Rudolph M. Grasha Sr. was a mild-mannered man who was patient, kind and understanding, said Katherine Grasha, his wife of 67 years.
Grasha, 90, of Lowell, formerly of Hammond's Hessville section and East Chicago, learned to play the tamburitza, a Croatian instrument, at 9 years old.
Born and raised in Pennsylvania, Grasha played with several Croatian bands when he was older.
The couple met at a wedding July 6, 1946, in Indiana and married two months later. They had three sons. Rudolph M. Grasha Sr. played the accordion, and Jim Grasha the tamburitza.
“He taught them so much about music,” Katherine Grasha said. “My house was always full of music.”
Their youngest son Tom loved to hunt deer, fish and tinker on cars with his father.
“We had cleanest, shiniest, most beautiful cars all year long,” Katherine Grasha said. “He loved his three wonderful sons and would say, ‘I have my musicians, my hunter and my fisherman.’ He was so proud of his sons.”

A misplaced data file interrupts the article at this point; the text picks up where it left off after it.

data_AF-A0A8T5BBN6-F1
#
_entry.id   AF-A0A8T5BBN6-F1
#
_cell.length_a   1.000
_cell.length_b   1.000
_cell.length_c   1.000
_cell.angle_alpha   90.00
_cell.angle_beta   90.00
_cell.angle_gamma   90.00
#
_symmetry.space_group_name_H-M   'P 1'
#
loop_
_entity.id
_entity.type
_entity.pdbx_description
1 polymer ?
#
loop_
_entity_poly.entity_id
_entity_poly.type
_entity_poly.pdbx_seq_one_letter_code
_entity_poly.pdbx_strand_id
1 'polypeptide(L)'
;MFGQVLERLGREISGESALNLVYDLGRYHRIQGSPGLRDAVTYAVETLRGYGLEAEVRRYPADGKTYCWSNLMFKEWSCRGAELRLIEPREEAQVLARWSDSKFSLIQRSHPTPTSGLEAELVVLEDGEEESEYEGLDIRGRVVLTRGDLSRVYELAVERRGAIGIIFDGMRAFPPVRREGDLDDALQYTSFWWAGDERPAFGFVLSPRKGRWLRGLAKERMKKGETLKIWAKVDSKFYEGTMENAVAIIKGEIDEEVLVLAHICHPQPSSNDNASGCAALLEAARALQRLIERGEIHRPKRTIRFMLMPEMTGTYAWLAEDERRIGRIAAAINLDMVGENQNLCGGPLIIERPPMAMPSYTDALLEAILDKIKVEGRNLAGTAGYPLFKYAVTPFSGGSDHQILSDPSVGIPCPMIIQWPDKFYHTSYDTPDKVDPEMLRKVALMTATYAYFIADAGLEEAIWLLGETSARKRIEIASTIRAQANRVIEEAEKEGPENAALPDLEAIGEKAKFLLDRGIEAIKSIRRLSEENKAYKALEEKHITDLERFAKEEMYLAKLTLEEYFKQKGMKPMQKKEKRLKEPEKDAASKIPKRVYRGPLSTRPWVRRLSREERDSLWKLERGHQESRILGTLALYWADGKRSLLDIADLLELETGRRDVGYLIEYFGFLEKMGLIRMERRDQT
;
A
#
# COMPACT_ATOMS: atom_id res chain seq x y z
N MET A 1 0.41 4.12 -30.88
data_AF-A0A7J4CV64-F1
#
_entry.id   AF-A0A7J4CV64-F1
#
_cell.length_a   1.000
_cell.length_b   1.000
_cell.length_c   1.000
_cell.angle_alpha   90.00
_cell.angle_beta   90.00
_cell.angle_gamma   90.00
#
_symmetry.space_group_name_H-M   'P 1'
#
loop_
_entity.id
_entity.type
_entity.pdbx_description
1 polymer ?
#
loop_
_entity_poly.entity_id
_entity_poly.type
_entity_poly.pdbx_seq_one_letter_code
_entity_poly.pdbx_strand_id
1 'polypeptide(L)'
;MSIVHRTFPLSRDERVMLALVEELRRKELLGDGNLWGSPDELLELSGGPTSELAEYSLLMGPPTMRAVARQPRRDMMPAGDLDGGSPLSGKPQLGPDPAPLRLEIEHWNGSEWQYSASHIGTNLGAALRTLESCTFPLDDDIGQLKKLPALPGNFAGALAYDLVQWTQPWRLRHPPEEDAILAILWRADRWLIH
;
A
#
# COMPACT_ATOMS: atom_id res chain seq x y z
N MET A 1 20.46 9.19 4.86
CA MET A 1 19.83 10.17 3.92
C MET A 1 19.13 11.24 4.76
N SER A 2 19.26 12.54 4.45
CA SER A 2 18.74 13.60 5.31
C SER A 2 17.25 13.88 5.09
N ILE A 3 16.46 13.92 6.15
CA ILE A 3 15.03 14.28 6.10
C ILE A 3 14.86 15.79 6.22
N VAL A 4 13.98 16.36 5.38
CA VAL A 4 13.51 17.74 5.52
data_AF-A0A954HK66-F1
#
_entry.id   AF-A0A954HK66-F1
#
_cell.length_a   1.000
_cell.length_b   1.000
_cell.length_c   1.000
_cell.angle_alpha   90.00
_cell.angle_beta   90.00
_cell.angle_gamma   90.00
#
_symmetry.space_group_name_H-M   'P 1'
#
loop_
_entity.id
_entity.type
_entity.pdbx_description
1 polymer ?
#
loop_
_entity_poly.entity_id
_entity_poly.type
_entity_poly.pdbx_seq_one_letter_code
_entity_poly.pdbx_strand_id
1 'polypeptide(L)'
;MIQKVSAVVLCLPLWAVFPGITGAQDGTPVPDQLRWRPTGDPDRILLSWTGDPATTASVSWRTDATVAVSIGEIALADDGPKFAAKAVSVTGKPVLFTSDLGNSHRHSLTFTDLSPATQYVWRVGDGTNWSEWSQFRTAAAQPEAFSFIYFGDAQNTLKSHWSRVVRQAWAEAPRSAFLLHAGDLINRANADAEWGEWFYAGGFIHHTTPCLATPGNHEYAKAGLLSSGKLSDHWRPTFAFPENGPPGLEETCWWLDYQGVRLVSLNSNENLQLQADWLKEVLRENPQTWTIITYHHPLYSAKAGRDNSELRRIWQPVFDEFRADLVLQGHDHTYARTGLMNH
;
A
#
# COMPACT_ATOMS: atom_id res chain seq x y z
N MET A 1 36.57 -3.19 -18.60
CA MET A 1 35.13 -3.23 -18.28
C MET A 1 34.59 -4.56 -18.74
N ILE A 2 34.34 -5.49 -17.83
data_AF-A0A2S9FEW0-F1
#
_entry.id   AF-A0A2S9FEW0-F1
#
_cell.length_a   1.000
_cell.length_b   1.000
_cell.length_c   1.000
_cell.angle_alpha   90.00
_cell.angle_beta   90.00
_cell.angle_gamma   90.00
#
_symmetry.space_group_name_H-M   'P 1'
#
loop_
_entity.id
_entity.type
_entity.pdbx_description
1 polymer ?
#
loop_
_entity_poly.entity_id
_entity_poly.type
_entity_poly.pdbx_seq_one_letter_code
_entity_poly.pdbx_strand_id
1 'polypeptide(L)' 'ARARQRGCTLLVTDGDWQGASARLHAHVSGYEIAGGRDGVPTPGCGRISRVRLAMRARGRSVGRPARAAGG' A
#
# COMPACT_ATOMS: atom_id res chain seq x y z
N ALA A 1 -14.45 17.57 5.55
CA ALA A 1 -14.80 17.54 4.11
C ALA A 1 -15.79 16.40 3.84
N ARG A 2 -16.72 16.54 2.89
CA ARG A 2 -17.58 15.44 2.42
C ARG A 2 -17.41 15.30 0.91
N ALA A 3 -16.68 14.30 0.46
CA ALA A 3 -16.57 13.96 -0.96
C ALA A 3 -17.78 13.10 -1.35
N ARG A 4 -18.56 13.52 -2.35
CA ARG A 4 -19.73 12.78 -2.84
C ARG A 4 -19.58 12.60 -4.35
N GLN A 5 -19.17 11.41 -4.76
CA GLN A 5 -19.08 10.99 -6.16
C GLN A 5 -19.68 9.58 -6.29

Grasha loved all his grandchildren, but great-granddaughter Aubrey was his shadow, Katherine Grasha said.
“They would have tea and cookies together,” she said. “He was very patient with the children.”
A World War II Army veteran, Grasha served under Gen. George Patton in Germany in the artillery division. Patriotic, Grasha belonged to American Legion Posts 369 of East Chicago, 232 of Hessville and 101 of Lowell.
“He said, ‘I froze. I was hungry, but I did something for our country,’” Katherine Grasha said.
After 30 years, Grasha retired from Union Carbide Linde Air, where he filled hospital oxygen tanks. He loved football, especially the Chicago Bears.
A devout Catholic, Grasha attended Mass every Sunday.
“He said, 'We have to go to church because God loves us,” she said. “He said that is very important and the boys have to understand that religion is important to us.”
Grasha said the rosary daily on one made from flowers from when his father died.